Centers' Little Helper

Dennis Hans, unrenowned former adjunct professor of mass comm and American foreign policy, relentlessly exposed the Bush administration’s “techniques of deceit” BEFORE the Iraq war, when it could have made a difference (see links). For decades he has fought baseball’s discrimination against lefthanded infielders and promoted his ingenious clockwise solution. A lifelong advocate for a flowing, non-brutal, flop-free NBA, he now champions the cause of its second-class citizens: the centers.

Wednesday, November 28, 2012

What Dwight still doesn't get about free throws and practice
After going 7 for 19 from the free-throw line in a win over the Brooklyn Nets, dropping his percentage for the season below 50 percent, Dwight Howard said, “I just got to do what I do in practice. I make them a lot in practice but I have to transfer those free throws in practice to a game. They will come. I can’t lose the faith.”

As reported by ESPN Nov. 20, "According to a white board hanging in the Lakers' practice facility last week, Howard was 576-of-716 (80 percent) on free throws at practice since Oct. 12."

The first essay I wrote on free-throw shooting, "How to end Shaq's free-throw woes," appeared June 26, 2000 in the online edition of The Sporting News. In it I addressed the common lament of those who, in games, struggle at the stripe: "I make them in practice." I pointed out that "endless reps can create bad habits as easily as good ones. Endless reps also can con a player into thinking he has nuked his nemesis. But it's fool's plutonium, as even a lousy shooter will heat up taking four shots a minute for an hour while an assistant tosses the ball back. I call this a 'false groove.'"

Six years later I elaborated on this theme in an essay. Shaq had shot .469 in 2005-06 and was in the midst of a .374 playoff run (68 for 182), which would include a 14 for 48 Finals (.292) that easily could have cost the Heat its first NBA crown:

[T]he fact that Shaq shoots a respectable percentage in practice may have persuaded Riley that there's nothing fundamentally wrong with his technique or delivery. If so, let's count Riley among the many coaches who have yet to figure out that everyone - even Wilt and Big Ben - shoots reasonably well in practice. That's because FTs in practice bear only a superficial resemblance to FTs in games. You shoot the latter one or two at a time in between intense stretches of banging and running, and often with considerable time between trips to the line, even for line-dweller Shaq.

The only FTs in practice that resemble their game counterparts are the first two you shoot. As for the next 48, each becomes progressively easier because you're standing there doing the same thing over and over. It's easy to strike a groove, but it's a false groove. It doesn't help you with your next meaningful FTs, which might come a day or two later mid-way through the first quarter.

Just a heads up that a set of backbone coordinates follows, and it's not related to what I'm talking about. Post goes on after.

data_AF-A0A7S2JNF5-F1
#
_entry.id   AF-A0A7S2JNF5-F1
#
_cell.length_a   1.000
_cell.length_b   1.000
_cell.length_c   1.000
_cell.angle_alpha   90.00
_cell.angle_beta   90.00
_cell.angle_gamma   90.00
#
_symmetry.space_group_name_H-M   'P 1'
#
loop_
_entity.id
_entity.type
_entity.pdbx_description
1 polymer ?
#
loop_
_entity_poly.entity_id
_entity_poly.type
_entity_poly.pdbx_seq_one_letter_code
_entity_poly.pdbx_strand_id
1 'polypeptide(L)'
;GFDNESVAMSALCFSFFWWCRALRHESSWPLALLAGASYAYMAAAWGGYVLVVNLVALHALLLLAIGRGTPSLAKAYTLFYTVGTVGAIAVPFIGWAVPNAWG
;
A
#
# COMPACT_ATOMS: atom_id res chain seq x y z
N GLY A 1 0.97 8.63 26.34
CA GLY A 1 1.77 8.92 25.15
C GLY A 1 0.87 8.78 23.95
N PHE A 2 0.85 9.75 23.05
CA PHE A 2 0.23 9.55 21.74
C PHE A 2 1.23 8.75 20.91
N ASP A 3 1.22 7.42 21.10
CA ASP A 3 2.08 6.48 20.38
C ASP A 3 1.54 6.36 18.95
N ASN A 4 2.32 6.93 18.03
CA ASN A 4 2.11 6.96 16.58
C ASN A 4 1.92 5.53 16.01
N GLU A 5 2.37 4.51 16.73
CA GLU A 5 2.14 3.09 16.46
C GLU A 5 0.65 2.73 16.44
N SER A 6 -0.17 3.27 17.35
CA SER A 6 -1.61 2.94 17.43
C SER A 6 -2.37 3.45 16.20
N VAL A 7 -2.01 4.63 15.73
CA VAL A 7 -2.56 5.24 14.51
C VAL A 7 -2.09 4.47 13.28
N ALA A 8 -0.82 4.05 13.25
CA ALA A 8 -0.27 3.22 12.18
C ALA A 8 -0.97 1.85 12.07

The question the Heat should ask is not why Shaq made or missed this or that FT in a recent game. Rather, they should ask: What are the characteristics of Shaq's technique, rhythm and/or routine that explain why, under game conditions, he shoots 42 percent?

That 42 percent figure came from my estimate of what Shaq would have shot in 2005-06 if the NBA hadn't been obsessed with lane violations by defenders that season, which wiped dozens of his misses off the books. Of course, 42 percent isn't much worse than what Howard is shooting this season (.478 through Nov. 27) or last (.491). What he and the Lakers have to ask themselves is this: What are the characteristics of Howard's technique, rhythm and/or routine that explain why, under game conditions, he shoots 48 percent?

Howard is not a klutz. He's graceful, coordinated and ambidextrous. Although I think the NBA would be better off if no one lifted weights, Howard is not dramatically more muscle-bound than any number of other centers and power forwards who shoot in the 70-to-85 percent range. How he shoots explains why he shoots so poorly.

I've written extensively on this matter, starting in 2008 and in subsequent years. I'll continue to do so, just as I will continue to offer my services to the Lakers and/or Howard. What he's doing is not working. He either needs to try something new or, as I've repeatedly recommended, something tried-and-true: his rhythmic rookie routine and stroke that produced a .671 mark and likely would have reached 75-to-80 percent within a few seasons if he hadn't allowed a succession of coaches, beginning at the start of his second season, to make a complete mess of his shot. Laker assistant coach Chuck Person is only the latest.

Wednesday, November 14, 2012

Mike D'Antoni's MVP season of 2005-06
Glad to see Mike D'Antoni and his new knee back in the NBA, at the helm of the Lakers.

Back in April 2006 I nominated D'Antoni for MVP. As coach of the Phoenix Suns he was, of course, ineligible. But MVP candidates are often lauded for making their teammates better, and D'Antoni was even more responsible for making Steve Nash's teammates better than Nash himself. Read the column here.

In a January 2005 essay I noted the remarkable similarities between D’Antoni’s 2004-05 Suns and the champion 1970-71 Bucks led by Oscar Robertson and Kareem Abdul-Jabbar. That same month, in the New York Times, I demolished the growing conventional wisdom that uptempo basketball can’t win in the playoffs, noting that the Russell-era Celtics dynasty, Wilt’s two title teams, and the Lakers and Celtics of the 1980s (who combined for eight titles and 13 Finals appearances that decade) played much faster than the 2005 Suns; also, two of Michael Jordan's six championship teams led the league in scoring.